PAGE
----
Tim Hill

According to The Hollywood Reporter, newcomer Matthew Lieberman has been signed to write the Short Circuit reboot going on over at Dimension Films. He’d previously written the not-at-all-liked Dr. Doolittle: Tail to the Chief which went straight to video on the coattails of the Eddie Murphy movies, but this project is an interesting way to get a foot in the door of the feature world. What’s more important is that Tim Hill is set to be the director. Hill’s recent work includes Alvin and the Chipmunks, Hop and Garfield: A Tail of Two Kitties (apparently everyone involved loves “tail” puns). All of that sounds awful, but once upon a time, Hill also directed Muppets From Space. How someone got from weird and wonderful to boringly broad and homogenous is anyone’s guess. Forget it, fans. It’s Chinatown. That’s sad, but the most fascinating thing about bring back Johnny Five to life is that instead of appealing to a movie geek crowd, the production is attempting to take a character from a strange little 80s movie that’s been reduced to a catch phrase and make him a children’s entertainment icon. To do that, Hill and company will be able to sidestep the treacherous balance between old fans and new by completely disregarding old fans. Of course, the bigger question will be whether a robot movie like this will fly in a time where actual robots are running our lives for us. Will Johnny look like an Erector Set that talks or will […]

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This week, Fat Guy Kevin Carr recovers from a full day of watching Armageddon back-to-back to crawl back to the multiplex. He re-lived the last eight minutes of Source Code over and over, thoroughly confusing himself. Then he stumbled into the theater next door to learn about the true meaning of Easter from Russell Brand and James Marsden. Things take a decidedly creepy turn when he watches Insidious and wets himself more than once. This led to a very unfortunate scene while he watched the sexual-predator cautionary tale Trust. No one would believe him it was just wee wee.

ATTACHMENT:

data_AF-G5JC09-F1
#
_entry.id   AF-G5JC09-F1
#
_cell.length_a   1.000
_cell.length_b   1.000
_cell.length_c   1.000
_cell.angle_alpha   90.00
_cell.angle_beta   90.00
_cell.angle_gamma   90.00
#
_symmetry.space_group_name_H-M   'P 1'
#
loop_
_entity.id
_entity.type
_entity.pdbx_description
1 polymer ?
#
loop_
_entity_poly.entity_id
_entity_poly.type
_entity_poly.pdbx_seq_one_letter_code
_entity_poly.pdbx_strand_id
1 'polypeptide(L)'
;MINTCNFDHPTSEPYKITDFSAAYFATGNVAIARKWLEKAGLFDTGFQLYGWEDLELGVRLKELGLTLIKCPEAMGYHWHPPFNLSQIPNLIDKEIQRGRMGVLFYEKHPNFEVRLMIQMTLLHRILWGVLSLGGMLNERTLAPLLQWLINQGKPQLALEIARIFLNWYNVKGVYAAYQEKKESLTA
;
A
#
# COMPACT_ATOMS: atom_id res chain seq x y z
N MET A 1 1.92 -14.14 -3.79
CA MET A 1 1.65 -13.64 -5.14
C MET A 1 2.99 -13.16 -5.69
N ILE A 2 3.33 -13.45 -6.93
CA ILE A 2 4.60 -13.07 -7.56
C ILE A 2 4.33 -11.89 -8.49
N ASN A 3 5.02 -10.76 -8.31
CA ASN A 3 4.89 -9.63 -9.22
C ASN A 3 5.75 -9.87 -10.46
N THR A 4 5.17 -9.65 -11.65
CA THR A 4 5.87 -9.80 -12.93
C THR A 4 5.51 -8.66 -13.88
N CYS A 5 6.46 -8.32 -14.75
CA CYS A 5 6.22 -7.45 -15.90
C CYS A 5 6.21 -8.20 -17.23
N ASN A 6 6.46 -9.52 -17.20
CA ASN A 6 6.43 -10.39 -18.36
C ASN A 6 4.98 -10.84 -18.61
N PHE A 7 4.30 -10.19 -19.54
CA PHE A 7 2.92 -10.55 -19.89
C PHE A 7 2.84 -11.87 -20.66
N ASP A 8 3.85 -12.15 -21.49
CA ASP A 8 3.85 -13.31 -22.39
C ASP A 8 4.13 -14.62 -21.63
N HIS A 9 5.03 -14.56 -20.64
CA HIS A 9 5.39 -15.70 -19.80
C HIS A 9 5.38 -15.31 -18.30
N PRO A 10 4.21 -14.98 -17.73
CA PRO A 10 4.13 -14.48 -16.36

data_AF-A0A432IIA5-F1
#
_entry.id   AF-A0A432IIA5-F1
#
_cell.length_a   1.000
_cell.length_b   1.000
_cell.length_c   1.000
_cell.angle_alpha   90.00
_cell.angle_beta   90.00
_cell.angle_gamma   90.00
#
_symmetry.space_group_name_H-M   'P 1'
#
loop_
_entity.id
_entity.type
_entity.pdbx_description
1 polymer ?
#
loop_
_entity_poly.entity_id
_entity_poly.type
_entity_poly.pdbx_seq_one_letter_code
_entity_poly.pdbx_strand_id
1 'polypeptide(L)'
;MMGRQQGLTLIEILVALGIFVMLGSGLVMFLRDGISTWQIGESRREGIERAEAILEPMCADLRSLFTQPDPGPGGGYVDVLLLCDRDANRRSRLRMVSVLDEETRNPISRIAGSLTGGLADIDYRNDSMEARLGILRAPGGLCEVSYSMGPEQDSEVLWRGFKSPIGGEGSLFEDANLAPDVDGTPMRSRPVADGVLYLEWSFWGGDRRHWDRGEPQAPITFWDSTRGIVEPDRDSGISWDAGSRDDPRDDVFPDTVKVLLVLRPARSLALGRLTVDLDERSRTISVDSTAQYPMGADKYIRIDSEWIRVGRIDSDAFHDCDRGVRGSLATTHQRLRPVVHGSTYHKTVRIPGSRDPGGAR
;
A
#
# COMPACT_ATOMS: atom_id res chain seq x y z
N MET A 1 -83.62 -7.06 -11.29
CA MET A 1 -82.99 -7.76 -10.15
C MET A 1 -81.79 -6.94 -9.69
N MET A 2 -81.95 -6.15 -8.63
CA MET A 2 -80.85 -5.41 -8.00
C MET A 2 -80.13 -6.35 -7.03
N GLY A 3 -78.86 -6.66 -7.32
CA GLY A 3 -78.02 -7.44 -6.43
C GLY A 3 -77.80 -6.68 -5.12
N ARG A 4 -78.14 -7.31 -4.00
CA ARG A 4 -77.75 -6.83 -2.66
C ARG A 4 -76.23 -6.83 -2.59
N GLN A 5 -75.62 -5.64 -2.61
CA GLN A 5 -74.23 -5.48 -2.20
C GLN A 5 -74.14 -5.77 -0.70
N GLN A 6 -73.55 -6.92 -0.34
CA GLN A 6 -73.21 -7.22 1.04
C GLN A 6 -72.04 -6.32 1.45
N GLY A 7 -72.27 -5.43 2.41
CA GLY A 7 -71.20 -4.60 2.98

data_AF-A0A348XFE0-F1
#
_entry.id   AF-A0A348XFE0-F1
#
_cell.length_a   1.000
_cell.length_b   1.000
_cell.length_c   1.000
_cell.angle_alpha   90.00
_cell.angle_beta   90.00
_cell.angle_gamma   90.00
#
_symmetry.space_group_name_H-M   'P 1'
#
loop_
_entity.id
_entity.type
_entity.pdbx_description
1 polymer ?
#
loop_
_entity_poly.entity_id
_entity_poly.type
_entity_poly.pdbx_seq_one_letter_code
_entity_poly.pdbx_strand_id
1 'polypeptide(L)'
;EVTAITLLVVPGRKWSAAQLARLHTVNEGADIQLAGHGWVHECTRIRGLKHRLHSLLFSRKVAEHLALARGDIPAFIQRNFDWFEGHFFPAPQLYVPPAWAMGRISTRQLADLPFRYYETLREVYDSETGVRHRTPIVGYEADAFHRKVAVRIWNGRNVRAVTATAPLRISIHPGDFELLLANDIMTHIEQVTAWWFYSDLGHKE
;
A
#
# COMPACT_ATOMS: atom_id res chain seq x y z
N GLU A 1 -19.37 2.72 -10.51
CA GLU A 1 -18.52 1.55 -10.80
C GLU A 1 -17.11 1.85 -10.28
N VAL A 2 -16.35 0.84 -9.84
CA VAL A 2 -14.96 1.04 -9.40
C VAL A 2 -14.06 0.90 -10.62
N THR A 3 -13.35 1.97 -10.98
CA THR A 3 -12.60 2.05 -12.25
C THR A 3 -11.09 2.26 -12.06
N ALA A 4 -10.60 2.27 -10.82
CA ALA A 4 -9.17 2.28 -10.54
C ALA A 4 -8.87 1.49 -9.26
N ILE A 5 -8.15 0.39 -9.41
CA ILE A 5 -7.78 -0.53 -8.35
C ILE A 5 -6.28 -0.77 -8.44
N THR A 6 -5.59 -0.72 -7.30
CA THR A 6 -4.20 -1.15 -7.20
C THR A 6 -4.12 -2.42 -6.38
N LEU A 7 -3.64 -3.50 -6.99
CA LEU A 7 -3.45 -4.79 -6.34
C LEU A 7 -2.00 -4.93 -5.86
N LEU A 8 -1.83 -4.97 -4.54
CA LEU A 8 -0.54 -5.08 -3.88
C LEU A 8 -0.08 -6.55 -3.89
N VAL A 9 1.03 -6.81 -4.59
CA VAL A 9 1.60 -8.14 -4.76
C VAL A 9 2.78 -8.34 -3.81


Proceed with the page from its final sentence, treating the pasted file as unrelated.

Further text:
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As a 25-year-old Jewish man I’m about as far removed from the Hop target demographic as one could get. I’ve never celebrated Easter, I consequently have no strong emotional attachment to the Easter Bunny and I’m not overwhelmed by the notion of a drummer Easter Bunny that sounds an awful lot like Russell Brand and poops out jelly beans. Yet, here we are, faced with the strange phenomenon of an obsessively-tested, painstakingly-commercial, carefully-calibrated product that shouldn’t be any good at all somehow defying those odds. From director Tim Hill, this live action-animation hybrid is more than just a one-note marketing machine, despite those incessant ads on every conceivable NBC Universal platform and the salesman’s desperation that underwrites it. A blatant stab at surrounding the Easter Bunny with a mythology comparable to Santa’s, the picture unfolds in two settings. The first: Easter Island, home to the enormous factory that’s home base for Easter operations, filled with cascading waterfalls of chocolate and bursts of colorful candy dyes. There, teenage rabbit E.B. (Russell Brand) is being groomed by dad (Hugh Laurie) to take over the family business. The picture’s second main locale is the slightly less exotic Los Angeles, where slacker Fred (James Marsden) lives a tired, aimless existence. Our heroes’ destinies collide when E.B. flees his fate through a magical wormhole of sorts, lands in Hollywood and thanks to Fred nearly becomes the world’s most famous road kill. The tandem grows ever-closer from there, as Fred (quickly getting over any pretense of […]

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published: 11.26.2014
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published: 11.26.2014
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published: 11.21.2014
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published: 11.21.2014
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